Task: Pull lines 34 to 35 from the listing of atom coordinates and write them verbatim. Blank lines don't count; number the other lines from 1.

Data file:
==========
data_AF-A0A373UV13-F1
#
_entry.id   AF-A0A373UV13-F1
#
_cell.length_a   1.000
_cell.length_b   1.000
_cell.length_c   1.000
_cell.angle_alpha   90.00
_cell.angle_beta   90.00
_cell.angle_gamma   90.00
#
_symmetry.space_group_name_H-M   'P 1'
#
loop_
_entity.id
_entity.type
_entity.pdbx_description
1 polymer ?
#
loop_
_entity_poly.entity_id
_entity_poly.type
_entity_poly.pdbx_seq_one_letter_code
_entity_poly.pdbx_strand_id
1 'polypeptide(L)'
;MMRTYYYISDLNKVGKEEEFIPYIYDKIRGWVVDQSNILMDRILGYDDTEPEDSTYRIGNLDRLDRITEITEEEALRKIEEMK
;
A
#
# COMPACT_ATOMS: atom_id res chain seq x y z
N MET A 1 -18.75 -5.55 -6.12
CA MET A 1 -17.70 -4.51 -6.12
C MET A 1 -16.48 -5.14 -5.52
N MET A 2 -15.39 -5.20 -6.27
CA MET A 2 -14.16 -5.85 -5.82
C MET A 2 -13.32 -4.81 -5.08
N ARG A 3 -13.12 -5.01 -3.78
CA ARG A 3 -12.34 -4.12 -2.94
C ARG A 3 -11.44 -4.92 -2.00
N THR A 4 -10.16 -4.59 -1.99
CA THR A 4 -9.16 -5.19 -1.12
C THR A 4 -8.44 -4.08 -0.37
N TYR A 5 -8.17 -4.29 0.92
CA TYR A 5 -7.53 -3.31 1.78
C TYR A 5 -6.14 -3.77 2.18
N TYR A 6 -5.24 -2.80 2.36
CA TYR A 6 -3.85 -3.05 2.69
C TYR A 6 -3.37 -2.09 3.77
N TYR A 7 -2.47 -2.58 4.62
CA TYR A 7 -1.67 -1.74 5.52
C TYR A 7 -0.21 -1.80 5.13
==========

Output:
N MET A 2 -15.39 -5.20 -6.27
CA MET A 2 -14.16 -5.85 -5.82